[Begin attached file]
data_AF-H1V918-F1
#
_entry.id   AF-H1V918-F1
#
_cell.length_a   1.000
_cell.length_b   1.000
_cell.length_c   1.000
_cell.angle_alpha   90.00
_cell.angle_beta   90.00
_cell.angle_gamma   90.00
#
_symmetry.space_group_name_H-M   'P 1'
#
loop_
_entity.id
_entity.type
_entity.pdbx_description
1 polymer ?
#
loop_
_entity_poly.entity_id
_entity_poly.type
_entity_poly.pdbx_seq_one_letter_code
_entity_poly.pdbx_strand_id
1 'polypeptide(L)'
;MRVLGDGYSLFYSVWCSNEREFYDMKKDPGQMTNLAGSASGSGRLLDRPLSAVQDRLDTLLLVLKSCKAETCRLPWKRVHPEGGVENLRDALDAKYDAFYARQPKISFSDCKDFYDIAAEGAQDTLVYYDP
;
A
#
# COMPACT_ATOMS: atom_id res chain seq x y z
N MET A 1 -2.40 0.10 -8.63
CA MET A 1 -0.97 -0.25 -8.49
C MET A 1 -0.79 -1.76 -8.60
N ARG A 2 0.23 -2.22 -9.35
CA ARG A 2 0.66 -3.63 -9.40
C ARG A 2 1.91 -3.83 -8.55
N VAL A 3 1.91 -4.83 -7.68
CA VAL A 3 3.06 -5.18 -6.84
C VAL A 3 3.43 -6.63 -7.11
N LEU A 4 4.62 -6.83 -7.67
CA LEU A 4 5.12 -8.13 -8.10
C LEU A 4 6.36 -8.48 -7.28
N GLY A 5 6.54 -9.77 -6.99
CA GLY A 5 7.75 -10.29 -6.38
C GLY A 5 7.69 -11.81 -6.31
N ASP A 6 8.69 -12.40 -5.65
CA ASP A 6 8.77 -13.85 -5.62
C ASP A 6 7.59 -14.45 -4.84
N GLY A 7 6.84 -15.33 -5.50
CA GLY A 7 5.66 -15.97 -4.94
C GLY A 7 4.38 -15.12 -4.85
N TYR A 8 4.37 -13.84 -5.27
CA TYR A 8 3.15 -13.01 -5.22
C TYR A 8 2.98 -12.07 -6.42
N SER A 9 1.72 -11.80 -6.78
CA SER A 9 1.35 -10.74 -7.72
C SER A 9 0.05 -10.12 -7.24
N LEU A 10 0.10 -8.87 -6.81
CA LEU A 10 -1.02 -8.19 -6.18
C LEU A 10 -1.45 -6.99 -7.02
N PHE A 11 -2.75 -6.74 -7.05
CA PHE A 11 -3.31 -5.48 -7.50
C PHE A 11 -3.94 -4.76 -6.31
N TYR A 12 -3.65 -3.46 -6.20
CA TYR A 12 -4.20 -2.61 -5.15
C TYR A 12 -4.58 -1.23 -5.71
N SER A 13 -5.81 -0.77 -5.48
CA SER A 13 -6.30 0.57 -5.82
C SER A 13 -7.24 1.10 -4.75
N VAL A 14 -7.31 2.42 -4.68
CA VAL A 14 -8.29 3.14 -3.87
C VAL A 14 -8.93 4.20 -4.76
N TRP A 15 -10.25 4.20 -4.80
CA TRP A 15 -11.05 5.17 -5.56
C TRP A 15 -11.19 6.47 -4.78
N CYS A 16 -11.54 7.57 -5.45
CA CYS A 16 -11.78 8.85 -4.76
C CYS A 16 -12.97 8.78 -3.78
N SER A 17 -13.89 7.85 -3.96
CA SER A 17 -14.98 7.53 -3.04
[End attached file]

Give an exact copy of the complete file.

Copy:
data_AF-H1V918-F1
#
_entry.id   AF-H1V918-F1
#
_cell.length_a   1.000
_cell.length_b   1.000
_cell.length_c   1.000
_cell.angle_alpha   90.00
_cell.angle_beta   90.00
_cell.angle_gamma   90.00
#
_symmetry.space_group_name_H-M   'P 1'
#
loop_
_entity.id
_entity.type
_entity.pdbx_description
1 polymer ?
#
loop_
_entity_poly.entity_id
_entity_poly.type
_entity_poly.pdbx_seq_one_letter_code
_entity_poly.pdbx_strand_id
1 'polypeptide(L)'
;MRVLGDGYSLFYSVWCSNEREFYDMKKDPGQMTNLAGSASGSGRLLDRPLSAVQDRLDTLLLVLKSCKAETCRLPWKRVHPEGGVENLRDALDAKYDAFYARQPKISFSDCKDFYDIAAEGAQDTLVYYDP
;
A
#
# COMPACT_ATOMS: atom_id res chain seq x y z
N MET A 1 -2.40 0.10 -8.63
CA MET A 1 -0.97 -0.25 -8.49
C MET A 1 -0.79 -1.76 -8.60
N ARG A 2 0.23 -2.22 -9.35
CA ARG A 2 0.66 -3.63 -9.40
C ARG A 2 1.91 -3.83 -8.55
N VAL A 3 1.91 -4.83 -7.68
CA VAL A 3 3.06 -5.18 -6.84
C VAL A 3 3.43 -6.63 -7.11
N LEU A 4 4.62 -6.83 -7.67
CA LEU A 4 5.12 -8.13 -8.10
C LEU A 4 6.36 -8.48 -7.28
N GLY A 5 6.54 -9.77 -6.99
CA GLY A 5 7.75 -10.29 -6.38
C GLY A 5 7.69 -11.81 -6.31
N ASP A 6 8.69 -12.40 -5.65
CA ASP A 6 8.77 -13.85 -5.62
C ASP A 6 7.59 -14.45 -4.84
N GLY A 7 6.84 -15.33 -5.50
CA GLY A 7 5.66 -15.97 -4.94
C GLY A 7 4.38 -15.12 -4.85
N TYR A 8 4.37 -13.84 -5.27
CA TYR A 8 3.15 -13.01 -5.22
C TYR A 8 2.98 -12.07 -6.42
N SER A 9 1.72 -11.80 -6.78
CA SER A 9 1.35 -10.74 -7.72
C SER A 9 0.05 -10.12 -7.24
N LEU A 10 0.10 -8.87 -6.81
CA LEU A 10 -1.02 -8.19 -6.18
C LEU A 10 -1.45 -6.99 -7.02
N PHE A 11 -2.75 -6.74 -7.05
CA PHE A 11 -3.31 -5.48 -7.50
C PHE A 11 -3.94 -4.76 -6.31
N TYR A 12 -3.65 -3.46 -6.20
CA TYR A 12 -4.20 -2.61 -5.15
C TYR A 12 -4.58 -1.23 -5.71
N SER A 13 -5.81 -0.77 -5.48
CA SER A 13 -6.30 0.57 -5.82
C SER A 13 -7.24 1.10 -4.75
N VAL A 14 -7.31 2.42 -4.68
CA VAL A 14 -8.29 3.14 -3.87
C VAL A 14 -8.93 4.20 -4.76
N TRP A 15 -10.25 4.20 -4.80
CA TRP A 15 -11.05 5.17 -5.56
C TRP A 15 -11.19 6.47 -4.78
N CYS A 16 -11.54 7.57 -5.45
CA CYS A 16 -11.78 8.85 -4.76
C CYS A 16 -12.97 8.78 -3.78
N SER A 17 -13.89 7.85 -3.96
CA SER A 17 -14.98 7.53 -3.04